Friendship is running wild, wooden swords clutched in the hands of every child. It’s being half naked at the zoo, splashing in the stream or chasing pigeons. Friendship is bouncing on beds, and rolling down hills, and building towers out of rocks in a shallow river.

It’s holding hands and spinning in a group circle in a (decidedly not very hot) hot tub, to see if we can make the water current strong enough to keep whirling us when we lift our feet up.

It’s helping each other down when someone is stuck at the top of a five story soft play and is weeping because she can’t get down. It’s eating biscuits in the rain, in the garden of your pottery class. It’s running in circles at gymnastics, laughing and making everyone else laugh, too.

Friendship is crawling under the hole in that one fence. It’s being able to be naked, or wear your pajamas, or dress up in any variety of costume and have your friends not bat an eye. It can be sitting next to each other on the couch, trying to beat a tricky Angry Birds level.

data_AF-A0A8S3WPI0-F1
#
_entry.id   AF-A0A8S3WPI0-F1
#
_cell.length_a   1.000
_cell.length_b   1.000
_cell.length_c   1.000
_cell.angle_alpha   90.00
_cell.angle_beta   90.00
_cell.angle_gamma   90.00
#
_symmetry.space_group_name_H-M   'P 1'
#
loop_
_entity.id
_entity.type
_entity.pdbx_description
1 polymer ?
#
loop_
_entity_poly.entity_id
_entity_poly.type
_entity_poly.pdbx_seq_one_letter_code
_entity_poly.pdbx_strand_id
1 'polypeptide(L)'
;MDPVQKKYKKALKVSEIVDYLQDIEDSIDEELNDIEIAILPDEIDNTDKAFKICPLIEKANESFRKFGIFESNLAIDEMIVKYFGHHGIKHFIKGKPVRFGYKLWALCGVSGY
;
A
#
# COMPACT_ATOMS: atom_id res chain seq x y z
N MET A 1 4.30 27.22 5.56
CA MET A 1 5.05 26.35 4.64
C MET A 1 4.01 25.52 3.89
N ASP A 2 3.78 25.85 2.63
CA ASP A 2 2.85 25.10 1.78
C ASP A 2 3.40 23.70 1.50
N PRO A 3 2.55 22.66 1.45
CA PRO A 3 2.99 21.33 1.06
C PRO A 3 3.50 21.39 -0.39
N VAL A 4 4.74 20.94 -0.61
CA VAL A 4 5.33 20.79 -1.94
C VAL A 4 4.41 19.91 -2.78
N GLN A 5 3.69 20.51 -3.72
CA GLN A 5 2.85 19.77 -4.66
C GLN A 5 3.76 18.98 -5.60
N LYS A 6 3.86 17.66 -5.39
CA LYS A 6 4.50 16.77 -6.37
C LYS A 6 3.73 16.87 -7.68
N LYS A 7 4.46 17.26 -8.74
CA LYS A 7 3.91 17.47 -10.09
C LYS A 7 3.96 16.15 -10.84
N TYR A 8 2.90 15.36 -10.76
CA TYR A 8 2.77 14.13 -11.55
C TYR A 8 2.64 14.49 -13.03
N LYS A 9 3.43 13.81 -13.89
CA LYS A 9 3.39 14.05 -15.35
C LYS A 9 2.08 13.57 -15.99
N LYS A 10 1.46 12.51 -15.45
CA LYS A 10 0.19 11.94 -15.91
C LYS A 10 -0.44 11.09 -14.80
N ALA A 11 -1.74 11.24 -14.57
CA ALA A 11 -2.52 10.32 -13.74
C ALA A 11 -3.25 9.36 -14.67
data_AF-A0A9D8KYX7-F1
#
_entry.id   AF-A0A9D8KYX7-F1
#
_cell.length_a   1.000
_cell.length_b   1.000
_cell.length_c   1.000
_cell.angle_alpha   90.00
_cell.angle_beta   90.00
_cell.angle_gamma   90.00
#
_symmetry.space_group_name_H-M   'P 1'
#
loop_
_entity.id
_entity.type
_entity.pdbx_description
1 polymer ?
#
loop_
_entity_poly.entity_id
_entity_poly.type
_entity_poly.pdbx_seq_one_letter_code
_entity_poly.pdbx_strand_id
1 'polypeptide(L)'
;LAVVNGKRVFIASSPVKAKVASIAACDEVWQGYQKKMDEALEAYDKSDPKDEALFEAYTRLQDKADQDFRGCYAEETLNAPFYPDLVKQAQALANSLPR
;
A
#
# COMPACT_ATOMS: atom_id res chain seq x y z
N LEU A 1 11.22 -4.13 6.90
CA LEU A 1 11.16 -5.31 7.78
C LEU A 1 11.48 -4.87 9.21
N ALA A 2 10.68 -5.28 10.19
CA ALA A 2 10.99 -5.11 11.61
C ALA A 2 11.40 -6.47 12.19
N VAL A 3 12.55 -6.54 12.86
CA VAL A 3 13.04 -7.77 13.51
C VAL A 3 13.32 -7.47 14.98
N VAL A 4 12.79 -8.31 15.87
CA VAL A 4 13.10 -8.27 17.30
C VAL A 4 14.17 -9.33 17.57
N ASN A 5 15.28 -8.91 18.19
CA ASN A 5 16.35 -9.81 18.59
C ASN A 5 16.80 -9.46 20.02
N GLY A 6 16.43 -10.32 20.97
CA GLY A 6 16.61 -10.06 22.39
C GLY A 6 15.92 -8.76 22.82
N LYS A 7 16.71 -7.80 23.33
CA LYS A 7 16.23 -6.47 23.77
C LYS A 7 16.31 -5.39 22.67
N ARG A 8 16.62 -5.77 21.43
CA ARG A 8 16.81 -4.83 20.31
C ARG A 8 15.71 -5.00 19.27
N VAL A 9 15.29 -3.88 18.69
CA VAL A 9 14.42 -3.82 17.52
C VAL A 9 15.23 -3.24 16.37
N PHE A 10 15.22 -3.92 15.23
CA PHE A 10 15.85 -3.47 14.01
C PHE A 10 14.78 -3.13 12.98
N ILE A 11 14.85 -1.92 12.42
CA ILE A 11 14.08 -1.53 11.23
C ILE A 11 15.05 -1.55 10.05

It is increasingly wild roughhousing, or being pirates on the top bunk of someone’s bed, or poking fungus with a stick. Entering pumpkin carving competitions and painting faces. Holding hands at the farm and stomping in mud.

We dance at the front of churches holding free concerts (even when our mama feels uncomfortable and a mean old man grumps at us), we hide in bedrooms and stage huge wars, we watch favourite cartoons together.

Friendship is your friend giving up her pushchair to allow you to be pushed when you’ve just broken your collarbone. It’s someone coming over to check you are okay when they see you crying. It is holding hands and spinning, it is chasing, it is watching dance recitals given to an audience of four.

It’s hunting for Gromits, looking at fake brains, playing in tubes of starlight, dressing up as animals. Sending each other texts when the only thing we can halfway reliably write is our name. Emailing each other pictures we think the other people might like.

It’s climbing up the world’s longest slide. Sharing scooters. Eating popsicles in the garden, sun beaming down in the instant before you decide to jump in the paddling pool. It’s trying new things, and going back to old things, and doing it together.

But the key is doing it when we want to. Seeing our friends when we all want to and have the time, doing things we enjoy and people have chosen to do. Spending hours, and sometimes whole days, with the people we want to be with.  Being friends with people because we like each other, and I’ll tell you: friendship is something we treasure.